When most people think of Alzheimer’s disease, they think of elders who suffer from memory loss. Most of us imagine silly occurrences in which an elder forgets something simple; a birthday, a name, their own address. The truth is that while memory loss is a common symptom of the disease, the forgetfulness that an individual with Alzheimer’s disease endures is much more involved than a simple slip of the mind and is not the only symptom. Also, while many of us view Alzheimer’s as a disease of the elderly, the truth is that Alzheimer’s is found in individuals as young as forty years old. This is referred to as Early Onset Alzheimer’s and occurs in roughly 10 percent of people with Alzheimer’s. This amounts to about 400,000 people in the United States!
Knowing the warning signs of Alzheimer’s is the most important thing to know about the disease, because of the importance of early detection. Though there is no cure for Alzheimer’s, early detection allows for earlier treatments that may help to slow the progression of symptoms, as well as better planning for the future of a loved on. The most common symptoms and some examples of the symptoms are as follows:
•Memory loss-this is not normal memory loss like forgetting an appointment, but includes more persistent memory loss such as forgetting often or forgetting recently learned information
•Difficulty performing familiar tasks-preparing a meal or making a phone call
•Problems with language-forgetting familiar words that one may use everyday
•Disorientation to time and place-this can lead to becoming lost and wandering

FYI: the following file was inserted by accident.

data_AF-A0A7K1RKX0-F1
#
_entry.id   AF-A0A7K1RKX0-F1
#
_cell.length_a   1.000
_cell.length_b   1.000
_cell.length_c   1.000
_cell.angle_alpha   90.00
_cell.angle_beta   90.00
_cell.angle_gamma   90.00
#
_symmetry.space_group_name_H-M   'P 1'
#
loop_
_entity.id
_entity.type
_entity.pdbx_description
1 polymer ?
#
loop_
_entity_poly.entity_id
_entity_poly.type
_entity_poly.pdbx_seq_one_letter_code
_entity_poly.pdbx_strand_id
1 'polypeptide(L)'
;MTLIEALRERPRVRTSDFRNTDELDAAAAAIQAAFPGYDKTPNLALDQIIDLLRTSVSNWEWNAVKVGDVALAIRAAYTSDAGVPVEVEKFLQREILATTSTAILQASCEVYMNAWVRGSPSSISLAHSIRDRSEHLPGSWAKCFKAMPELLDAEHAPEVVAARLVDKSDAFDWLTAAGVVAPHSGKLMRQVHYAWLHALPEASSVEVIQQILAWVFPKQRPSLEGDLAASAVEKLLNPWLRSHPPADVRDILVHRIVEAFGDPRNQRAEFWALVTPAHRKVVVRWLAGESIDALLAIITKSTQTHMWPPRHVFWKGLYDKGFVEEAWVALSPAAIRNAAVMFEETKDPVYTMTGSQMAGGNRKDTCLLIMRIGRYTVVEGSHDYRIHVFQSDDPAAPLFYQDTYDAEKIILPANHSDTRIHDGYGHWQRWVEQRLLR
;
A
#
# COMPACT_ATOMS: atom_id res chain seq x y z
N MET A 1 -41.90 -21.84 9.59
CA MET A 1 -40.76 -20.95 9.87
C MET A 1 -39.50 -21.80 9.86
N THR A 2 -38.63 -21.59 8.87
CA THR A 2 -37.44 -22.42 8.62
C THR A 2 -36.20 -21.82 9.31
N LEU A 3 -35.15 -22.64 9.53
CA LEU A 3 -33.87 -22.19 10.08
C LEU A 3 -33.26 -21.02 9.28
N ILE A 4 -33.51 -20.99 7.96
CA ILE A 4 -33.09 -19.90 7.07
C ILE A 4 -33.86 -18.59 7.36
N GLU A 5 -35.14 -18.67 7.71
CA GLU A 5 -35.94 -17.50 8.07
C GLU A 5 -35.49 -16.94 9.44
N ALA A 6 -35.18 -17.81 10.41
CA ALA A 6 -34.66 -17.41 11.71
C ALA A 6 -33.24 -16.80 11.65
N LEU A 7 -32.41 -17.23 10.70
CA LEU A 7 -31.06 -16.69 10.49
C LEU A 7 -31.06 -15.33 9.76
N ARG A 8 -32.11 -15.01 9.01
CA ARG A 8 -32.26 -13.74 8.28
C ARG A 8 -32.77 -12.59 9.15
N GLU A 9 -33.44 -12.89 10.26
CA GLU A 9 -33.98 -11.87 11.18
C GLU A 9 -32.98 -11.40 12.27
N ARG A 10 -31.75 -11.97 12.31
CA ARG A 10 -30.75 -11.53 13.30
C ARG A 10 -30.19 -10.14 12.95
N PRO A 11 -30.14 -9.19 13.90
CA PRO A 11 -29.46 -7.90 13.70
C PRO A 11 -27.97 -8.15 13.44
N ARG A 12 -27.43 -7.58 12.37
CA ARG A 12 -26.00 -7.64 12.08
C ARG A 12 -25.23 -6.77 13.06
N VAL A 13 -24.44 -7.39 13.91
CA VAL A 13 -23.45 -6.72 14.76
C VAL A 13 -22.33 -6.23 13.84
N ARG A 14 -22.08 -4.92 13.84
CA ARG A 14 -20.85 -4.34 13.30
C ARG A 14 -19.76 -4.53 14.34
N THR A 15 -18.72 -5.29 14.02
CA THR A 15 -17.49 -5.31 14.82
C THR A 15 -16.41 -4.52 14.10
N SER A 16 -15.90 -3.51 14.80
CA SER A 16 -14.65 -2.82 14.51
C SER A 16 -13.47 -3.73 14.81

•Poor or decreased judgment-giving large sums of money to telemarketers
•Problems with abstract thinking-such as balancing a checkbook
•Misplacing things-putting an iron in the freezer
•Changes in mood or behavior-rapid mood swings for no apparent reason
•Changes in personality-confusion, suspicious, fearfulness
•Loss of initiative-not wanting to do usual activities
While these are all common symptoms of Alzheimer’s, it is important to note that having one or more of these symptoms does not necessarily mean that you have Alzheimer’s. The symptoms may be caused by some other health condition. If you have symptoms from this list, it is important to talk to your physician and voice your concerns about Alzheimer’s. Only your physician can perform tests to see if your symptoms are Alzheimer’s related.
The most alarming aspects about Alzheimer’s disease are the future projections of the disease. It is estimated that we will see a 44 percent increase in the United States in individuals with Alzheimer’s disease by the year 2025. For Indiana, it is estimated that 130,000 individuals in 2025 will have Alzheimer’s compared with 100,000 individuals in the year 2000. Even more alarming are projections for the year 2030 when the youngest of the baby boomers will be greater than 65 years old. When this occurs it is estimated that the United States will have nearly 7.7 million people affected by the disease.
While the symptoms and projections of Alzheimer’s disease can be in the very least frightening, it is important to bring these issues to light. The importance of early detection and the need for more research makes learning about Alzheimer’s necessary. This is not merely a disease of the elderly. This is not the simple forgetfulness of a grocery list and this is no longer something we can choose to ignore. This is a serious brain disease that needs our attention. It not only affects the lives of the individuals suffering from the disease, but it affects families, friends, and caregivers. It affects neighborhoods and communities just like ours.
*All information in this article provided by and obtained through the Alzheimer’s Association.
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